|Publication number||US7168115 B2|
|Application number||US 11/351,506|
|Publication date||Jan 30, 2007|
|Filing date||Feb 10, 2006|
|Priority date||Dec 7, 2004|
|Also published as||CA2506131A1, CA2506131C, US7028350, US20060123550, WO2006062537A2, WO2006062537A3|
|Publication number||11351506, 351506, US 7168115 B2, US 7168115B2, US-B2-7168115, US7168115 B2, US7168115B2|
|Inventors||David T. Davis|
|Original Assignee||Woodlark Circle,Inc.|
|Export Citation||BiBTeX, EndNote, RefMan|
|Patent Citations (17), Referenced by (8), Classifications (12), Legal Events (2)|
|External Links: USPTO, USPTO Assignment, Espacenet|
This application is a divisional of Ser. No. 11/005,943, filed Dec. 07, 2004, now U.S. Pat. No. 7,028,350.
The present invention generally relates to apparatus and methods for moving people and, more particularly, to apparatus and methods for moving a patient from a chair to a bed and vice-a-versa.
Periodic patient transfers are required to provide the necessary care for patients that are disabled or who need total care due to paralysis, old age, fracture, comatose condition, post-surgery or other conditions which limit the patient's mobility. Regardless of existing patient transfer devices, nurses in hospitals and long-term care facilities are still manually lifting the patient in and out of bed several times during an eight-hour shift in order to provide proper and necessary patient care. The common practice among nurses for transferring patients between a chair and a bed requires two or more nurses to lift a patient upwardly from a sitting position in a chair and transfer them into a hospital bed. Significantly, lifting a patient from a wheelchair to a bed or a bed to a wheelchair is one of the major causes of work-related injuries among nurses. Many times, lifting a patient has disabled a nurse permanently. Therefore, regardless of existing transfer devices, patients and nurses continue to suffer from a lack of adequate patient transfer devices.
The prior art includes several types of lifters and patient transfer devices to assist nursing care. However, these prior art devices suffer from a number of disadvantages. Thus, existing patient transfer devices are not being used as often as they should be to avoid injuries to hospital workers and to patients.
For example, U.S. Pat. No. 4,944,056, issued Jul. 31, 1990, to Schroeder et al., discloses a method and apparatus for transporting a disabled patient from bed to chair and back to bed. This device was adapted to engage both ceiling and floor, which is often not practical for use in hospitals or the nursing home environment. Although it can raise, lower and carry the patient, using a hoist mounted to the ceiling, it takes up significant space and is time consuming to operate. Moreover, it requires two separate pieces of equipment and may be expensive to maintain.
U.S. Pat. No. 3,137,011, issued Jun. 16, 1964, to Fischer, also discloses a complex patient transfer device with three pieces to perform the transfer. It needs a sling on which to suspend the patient, chains to attach the sling to a hoist and a chair on which to place the patient.
U.S. Pat. No. 5,060,960, issued Oct. 29, 1991, to Branscumb et al., discloses a wheelchair with a lifting device.
Patient handling mattresses are also known in the art which include at least two flexible material sheets, that together define a plenum chamber, with at least one sheet being perforated with small pinholes over at least a central surface area, and which open up directly to the interior of the plenum chamber. Such prior art mattresses are used by arranging the perforated sheet so that it faces an underlying fixed, generally planar support surface, such as a floor or table. When the mattress is charged with pressurized air, the escape of air under pressure through the pinholes acts initially to jack a load placed upon the mattress above the perforated flexible sheet, and thereby creates an air bearing of relatively small height between the underlying fixed, generally planar support surface and the perforated flexible sheet.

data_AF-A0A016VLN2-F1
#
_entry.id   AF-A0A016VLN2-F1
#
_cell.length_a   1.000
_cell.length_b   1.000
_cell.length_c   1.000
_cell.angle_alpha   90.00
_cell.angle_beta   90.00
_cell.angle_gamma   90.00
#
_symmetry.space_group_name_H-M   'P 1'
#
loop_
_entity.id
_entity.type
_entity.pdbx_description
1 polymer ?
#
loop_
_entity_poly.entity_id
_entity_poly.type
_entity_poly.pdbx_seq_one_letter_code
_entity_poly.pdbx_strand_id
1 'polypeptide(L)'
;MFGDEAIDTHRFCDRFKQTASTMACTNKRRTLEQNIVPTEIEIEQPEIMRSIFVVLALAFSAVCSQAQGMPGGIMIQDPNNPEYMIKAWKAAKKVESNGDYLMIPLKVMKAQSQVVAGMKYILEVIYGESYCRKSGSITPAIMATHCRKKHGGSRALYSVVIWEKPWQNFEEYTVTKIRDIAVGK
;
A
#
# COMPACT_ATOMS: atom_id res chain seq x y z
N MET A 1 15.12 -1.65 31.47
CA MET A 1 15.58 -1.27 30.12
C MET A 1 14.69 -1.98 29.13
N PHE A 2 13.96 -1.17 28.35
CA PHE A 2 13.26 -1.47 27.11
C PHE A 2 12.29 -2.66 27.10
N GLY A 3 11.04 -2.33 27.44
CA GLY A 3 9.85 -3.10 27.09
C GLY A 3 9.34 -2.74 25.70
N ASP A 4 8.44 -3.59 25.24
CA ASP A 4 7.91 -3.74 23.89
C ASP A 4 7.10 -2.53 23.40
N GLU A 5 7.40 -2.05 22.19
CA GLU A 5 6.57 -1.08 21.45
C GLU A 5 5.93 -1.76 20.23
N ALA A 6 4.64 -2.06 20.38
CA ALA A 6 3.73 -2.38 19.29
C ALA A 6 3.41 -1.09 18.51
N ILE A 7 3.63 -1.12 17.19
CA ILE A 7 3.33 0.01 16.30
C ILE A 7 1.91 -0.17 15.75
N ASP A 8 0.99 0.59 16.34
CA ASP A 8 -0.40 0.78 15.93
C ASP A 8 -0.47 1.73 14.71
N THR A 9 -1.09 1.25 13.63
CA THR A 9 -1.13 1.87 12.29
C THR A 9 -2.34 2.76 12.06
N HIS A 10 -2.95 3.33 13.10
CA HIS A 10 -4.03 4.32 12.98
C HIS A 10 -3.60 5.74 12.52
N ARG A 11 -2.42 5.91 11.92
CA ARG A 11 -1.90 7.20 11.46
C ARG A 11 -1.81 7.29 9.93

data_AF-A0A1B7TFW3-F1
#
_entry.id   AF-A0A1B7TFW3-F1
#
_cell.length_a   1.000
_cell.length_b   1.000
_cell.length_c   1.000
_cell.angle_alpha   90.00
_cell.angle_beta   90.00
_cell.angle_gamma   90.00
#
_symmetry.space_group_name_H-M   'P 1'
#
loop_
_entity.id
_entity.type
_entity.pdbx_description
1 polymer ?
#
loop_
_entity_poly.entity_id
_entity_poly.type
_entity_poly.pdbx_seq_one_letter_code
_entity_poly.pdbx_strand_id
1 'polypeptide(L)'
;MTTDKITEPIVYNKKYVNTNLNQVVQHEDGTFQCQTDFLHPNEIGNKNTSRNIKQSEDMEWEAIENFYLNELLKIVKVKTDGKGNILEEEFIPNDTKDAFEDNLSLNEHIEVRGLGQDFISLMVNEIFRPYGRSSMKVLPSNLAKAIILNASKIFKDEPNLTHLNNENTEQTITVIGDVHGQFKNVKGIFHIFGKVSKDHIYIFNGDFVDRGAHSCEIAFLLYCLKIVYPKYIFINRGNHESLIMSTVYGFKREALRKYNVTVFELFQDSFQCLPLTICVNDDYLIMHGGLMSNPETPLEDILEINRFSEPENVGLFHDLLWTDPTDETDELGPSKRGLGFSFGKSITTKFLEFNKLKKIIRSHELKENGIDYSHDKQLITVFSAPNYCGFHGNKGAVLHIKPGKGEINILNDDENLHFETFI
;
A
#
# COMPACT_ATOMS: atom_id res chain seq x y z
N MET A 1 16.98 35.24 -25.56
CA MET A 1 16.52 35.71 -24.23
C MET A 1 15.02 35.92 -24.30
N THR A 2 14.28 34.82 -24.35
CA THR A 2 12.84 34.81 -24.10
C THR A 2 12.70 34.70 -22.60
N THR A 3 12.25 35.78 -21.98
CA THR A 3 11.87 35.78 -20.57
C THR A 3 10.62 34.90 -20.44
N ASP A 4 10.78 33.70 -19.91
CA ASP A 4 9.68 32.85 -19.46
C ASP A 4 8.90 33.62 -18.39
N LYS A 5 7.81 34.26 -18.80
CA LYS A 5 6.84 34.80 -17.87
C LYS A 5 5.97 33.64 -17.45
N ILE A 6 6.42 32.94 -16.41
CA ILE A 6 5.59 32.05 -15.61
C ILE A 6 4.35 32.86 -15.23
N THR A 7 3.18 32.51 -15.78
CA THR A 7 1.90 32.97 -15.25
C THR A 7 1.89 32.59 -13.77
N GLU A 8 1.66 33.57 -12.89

For example, in U.S. Pat. No. 4,517,690, issued to Wegener, an air pallet is disclosed that is formed from upper and lower thin flexible film sheets sealed at their edges to form a plenum chamber. Wegener's air pallet functions to move a load with minimal friction over an underlying generally planar fixed support surface. The bottom thin flexible material sheet is perforated by small diameter perforations such as pin holes at the load imprint area.
U.S. Pat. No. 5,561,873, issued to Weedling, provides an inflatable flexible pallet within which an array of structurally interrelated inflatable chambers are formed to support a load when inflated. The flexible pallet is configured to resist lateral and longitudinal shrinkage of the load support surface, as well as ballooning and hot dogging. Rotational instability is also reduced by providing a greater load surface support area.
U.S. Pat. No. 6,073,291, issued to Davis, provides an inflatable medical patient transfer apparatus that has a combination of transverse partition members and a raised perimeter section to reduce deleterious ballooning and uneven inflation as well as quick emergency deflation. Additional differentially inflatable patient rolling chambers are disclosed on the top of the transfer apparatus to provide assistance to medical personnel in beginning to roll patients reclining or lying upon the transfer apparatus, particularly in a deflated condition on a hospital bed.
Unfortunately, until now such patient transfer mattresses could not be effectively employed to transfer a patient to and from a chair.
The present invention provides an inflatable lifting cushion for an articulated chair comprising a five-sided polygon capable of being longitudinally aligned on an articulated chair and including triangular side walls and at least one interior plenum having an air inlet port enabling air to enter and exit the plenum.
In one embodiment, an inflatable lifting cushion for an articulated chair is provided that includes a rectangular top wall, a back wall, a base wall, and a pair of spaced apart triangular side walls assembled so as to form a five-sided polygon. The five-sided polygon is capable of being longitudinally aligned upon an articulated chair, and includes at least one interior chamber and an air inlet port enabling air to enter and exit the interior chambers.
In a further embodiment of the invention, a system for transferring a patient is provided including an articulated chair having a back and seat that are arranged to cooperate with one another for movement between an upright position and a reclining position. An inflatable lifting cushion is longitudinally positioned upon the back and the seat of the articulated chair. The inflatable lifting cushion comprises a five-sided polygon including triangular side walls and at least one interior plenum having an air inlet port enabling air to enter and exit the plenum.
In yet a further embodiment of the invention, a system for transferring a patient is provided that includes an articulated chair having a back and seat that are arranged to cooperate with one another for movement between an upright position and a reclining position. An inflatable lifting cushion is longitudinally positioned upon the back and the seat of the articulated chair. The inflatable lifting cushion comprises a five-sided polygon including triangular side walls and at least one interior plenum having an air inlet port enabling air to enter and exit the plenum. A transfer mattress is positioned upon the lifting cushion for movement of a patient onto an adjacent bed.